Oak Hammock Marsh used to be known as St. Andrews Bog, a 470 square kilometre bog and fen situated southwest of Lake Winnipeg. In 1897, as settlement encroached on the area, farmers drained the bog for agricultural use. By the 1960s, only 60 ha remained. Area farmers over the years converted all the rest into farmland.
Reclamation of the Bog
In 1967, the Governments of both Canada and Manitoba, in conjunction with Ducks Unlimited, began the work of reclaiming some of the former bog as a wildlife management area. They bought back much of the land surrounding what was left of the bog. Then they built 22 km of dikes to trap and contain water, separating it with dykes into three compartments.
In 1984, Ducks Unlimited in conjunction with the Manitoba Government began to construct water control structures, water supply works, more nesting islands, additional dykes, and finally, a fourth compartment.
Oak Hammock Marsh Today
The marsh as it stands today is a managed and reconstructed wetland designed to be a waterfowl breeding area and provide a place for migratory birds. The water levels are managed in order to maintain the wetlands, lowering the levels in wetter years. If this was not done, they claim that gradually the area would become a large slough or even a lake and would not provide good nesting areas for the birds. In addition, some of the surrounding land has been planted with cereal crops to provide food for the birds, as well as encourage them to leave farmers’ fields in the area alone.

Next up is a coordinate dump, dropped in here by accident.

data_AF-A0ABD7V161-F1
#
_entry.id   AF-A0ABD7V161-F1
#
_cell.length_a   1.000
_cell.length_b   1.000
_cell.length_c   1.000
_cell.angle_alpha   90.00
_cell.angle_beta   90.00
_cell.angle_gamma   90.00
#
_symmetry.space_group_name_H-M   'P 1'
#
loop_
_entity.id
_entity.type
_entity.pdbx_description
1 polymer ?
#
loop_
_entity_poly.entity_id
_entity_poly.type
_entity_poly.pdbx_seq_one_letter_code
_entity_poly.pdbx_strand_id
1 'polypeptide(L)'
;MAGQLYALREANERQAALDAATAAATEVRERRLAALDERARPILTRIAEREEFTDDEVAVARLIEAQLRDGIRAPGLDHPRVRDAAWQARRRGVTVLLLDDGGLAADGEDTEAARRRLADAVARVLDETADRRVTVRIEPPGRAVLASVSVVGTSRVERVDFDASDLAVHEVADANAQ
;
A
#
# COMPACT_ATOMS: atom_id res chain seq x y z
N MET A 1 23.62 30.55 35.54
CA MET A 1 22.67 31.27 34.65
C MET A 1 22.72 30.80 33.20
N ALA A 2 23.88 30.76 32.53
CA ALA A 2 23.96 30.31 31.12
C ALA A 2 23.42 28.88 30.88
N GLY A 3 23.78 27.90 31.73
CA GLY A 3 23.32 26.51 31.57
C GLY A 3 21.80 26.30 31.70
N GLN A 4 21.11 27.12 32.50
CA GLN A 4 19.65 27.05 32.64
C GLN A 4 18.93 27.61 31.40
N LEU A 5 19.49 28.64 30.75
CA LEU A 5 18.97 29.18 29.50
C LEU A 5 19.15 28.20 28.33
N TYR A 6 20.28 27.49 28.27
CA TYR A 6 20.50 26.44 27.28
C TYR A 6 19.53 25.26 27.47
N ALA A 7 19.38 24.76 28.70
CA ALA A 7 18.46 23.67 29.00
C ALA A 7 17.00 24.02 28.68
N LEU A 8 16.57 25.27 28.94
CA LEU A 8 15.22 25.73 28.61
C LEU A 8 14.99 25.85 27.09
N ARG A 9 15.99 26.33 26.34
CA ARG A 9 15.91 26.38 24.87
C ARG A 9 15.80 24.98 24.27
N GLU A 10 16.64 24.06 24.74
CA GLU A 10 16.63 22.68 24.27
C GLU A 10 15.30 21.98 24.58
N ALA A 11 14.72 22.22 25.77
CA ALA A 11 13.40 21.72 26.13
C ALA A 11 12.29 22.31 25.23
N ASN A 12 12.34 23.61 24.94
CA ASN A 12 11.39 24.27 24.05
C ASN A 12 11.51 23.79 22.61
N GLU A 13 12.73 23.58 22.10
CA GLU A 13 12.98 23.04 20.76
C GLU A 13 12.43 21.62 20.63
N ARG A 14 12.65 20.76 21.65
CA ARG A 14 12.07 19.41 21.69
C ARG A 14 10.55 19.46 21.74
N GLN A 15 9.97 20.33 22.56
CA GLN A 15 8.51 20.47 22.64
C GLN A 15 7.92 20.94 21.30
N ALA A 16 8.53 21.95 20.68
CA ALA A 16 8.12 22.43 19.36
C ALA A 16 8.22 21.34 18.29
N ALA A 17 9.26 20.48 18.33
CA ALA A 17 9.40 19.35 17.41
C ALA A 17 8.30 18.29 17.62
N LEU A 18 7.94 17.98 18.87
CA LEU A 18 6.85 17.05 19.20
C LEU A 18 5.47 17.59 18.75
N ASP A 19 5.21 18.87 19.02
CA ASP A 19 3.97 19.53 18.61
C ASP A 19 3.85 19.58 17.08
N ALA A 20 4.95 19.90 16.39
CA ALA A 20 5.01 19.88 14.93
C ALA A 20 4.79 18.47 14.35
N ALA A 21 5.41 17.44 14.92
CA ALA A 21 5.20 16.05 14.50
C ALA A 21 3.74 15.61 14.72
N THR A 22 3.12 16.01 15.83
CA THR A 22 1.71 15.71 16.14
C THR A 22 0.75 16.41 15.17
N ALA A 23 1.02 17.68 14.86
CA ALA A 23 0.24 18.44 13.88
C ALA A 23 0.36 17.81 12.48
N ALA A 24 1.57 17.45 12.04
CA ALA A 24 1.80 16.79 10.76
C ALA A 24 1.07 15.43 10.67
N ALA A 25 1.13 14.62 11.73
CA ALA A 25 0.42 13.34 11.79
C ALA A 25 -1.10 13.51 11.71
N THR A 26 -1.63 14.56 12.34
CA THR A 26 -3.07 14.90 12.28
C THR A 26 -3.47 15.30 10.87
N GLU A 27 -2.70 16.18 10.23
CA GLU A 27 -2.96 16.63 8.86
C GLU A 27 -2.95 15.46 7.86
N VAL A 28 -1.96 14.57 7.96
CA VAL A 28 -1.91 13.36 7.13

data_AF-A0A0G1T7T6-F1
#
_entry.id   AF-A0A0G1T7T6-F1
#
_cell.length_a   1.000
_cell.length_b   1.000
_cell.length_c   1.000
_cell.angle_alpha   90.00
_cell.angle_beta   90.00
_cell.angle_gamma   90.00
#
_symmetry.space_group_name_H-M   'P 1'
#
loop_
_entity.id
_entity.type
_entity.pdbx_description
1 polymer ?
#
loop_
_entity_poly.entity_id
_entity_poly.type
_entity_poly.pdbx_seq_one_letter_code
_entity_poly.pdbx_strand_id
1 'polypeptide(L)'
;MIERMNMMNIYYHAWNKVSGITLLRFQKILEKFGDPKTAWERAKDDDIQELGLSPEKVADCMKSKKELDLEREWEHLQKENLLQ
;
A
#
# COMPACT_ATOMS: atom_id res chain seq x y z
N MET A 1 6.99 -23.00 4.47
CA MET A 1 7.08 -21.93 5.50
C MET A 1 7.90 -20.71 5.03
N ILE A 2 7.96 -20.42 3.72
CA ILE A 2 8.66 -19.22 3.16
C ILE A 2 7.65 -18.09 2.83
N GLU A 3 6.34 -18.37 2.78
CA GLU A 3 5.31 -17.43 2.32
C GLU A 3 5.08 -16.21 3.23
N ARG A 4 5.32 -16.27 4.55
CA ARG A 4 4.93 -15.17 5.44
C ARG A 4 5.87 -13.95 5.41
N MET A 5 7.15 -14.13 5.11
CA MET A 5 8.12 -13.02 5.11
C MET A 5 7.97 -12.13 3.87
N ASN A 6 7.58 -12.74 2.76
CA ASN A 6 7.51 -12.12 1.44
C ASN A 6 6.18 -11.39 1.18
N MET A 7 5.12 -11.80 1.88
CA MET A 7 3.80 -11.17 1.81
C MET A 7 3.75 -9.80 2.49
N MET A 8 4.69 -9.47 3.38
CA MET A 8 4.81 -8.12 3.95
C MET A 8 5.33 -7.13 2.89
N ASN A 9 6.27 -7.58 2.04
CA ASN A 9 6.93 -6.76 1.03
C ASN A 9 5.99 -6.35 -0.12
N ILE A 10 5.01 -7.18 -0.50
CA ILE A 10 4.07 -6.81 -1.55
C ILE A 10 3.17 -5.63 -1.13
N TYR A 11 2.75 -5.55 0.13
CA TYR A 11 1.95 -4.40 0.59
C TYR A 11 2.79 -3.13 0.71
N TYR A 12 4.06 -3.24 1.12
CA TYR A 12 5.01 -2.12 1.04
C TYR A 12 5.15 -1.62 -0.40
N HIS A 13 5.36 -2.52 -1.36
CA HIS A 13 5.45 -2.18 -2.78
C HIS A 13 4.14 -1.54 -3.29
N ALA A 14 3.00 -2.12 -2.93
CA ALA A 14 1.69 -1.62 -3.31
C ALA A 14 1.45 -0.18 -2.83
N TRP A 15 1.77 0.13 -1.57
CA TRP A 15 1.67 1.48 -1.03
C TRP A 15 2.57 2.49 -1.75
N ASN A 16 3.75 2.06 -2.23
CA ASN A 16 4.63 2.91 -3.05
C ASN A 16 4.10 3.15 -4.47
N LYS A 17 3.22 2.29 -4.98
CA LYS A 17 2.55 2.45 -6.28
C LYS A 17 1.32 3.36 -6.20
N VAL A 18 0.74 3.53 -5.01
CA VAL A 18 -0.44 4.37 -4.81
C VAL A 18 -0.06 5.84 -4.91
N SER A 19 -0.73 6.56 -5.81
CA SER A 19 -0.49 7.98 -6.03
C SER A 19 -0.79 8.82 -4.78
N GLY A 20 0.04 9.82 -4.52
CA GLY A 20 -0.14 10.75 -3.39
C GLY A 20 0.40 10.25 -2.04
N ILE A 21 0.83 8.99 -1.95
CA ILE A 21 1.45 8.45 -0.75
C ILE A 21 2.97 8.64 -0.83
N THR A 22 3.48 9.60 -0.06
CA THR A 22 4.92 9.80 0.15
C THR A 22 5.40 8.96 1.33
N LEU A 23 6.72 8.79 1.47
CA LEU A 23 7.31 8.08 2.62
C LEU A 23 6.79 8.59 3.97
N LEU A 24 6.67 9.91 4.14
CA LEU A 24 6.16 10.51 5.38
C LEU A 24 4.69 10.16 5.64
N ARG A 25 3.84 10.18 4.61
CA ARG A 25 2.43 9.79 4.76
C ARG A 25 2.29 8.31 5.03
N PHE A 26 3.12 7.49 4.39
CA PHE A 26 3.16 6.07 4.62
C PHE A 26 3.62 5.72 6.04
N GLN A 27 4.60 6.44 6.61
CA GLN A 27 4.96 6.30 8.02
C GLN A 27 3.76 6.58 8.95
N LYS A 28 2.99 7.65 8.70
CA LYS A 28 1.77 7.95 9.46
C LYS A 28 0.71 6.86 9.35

In the 1980s, Ducks Unlimited created a controversy by building their corporate headquarters in the marsh. They have been accused of creating a “duck factory” for hunters by breeding birds that can then be shot. Hunting is not allowed in the wildlife preserve although birds can be hunted in the surrounding area.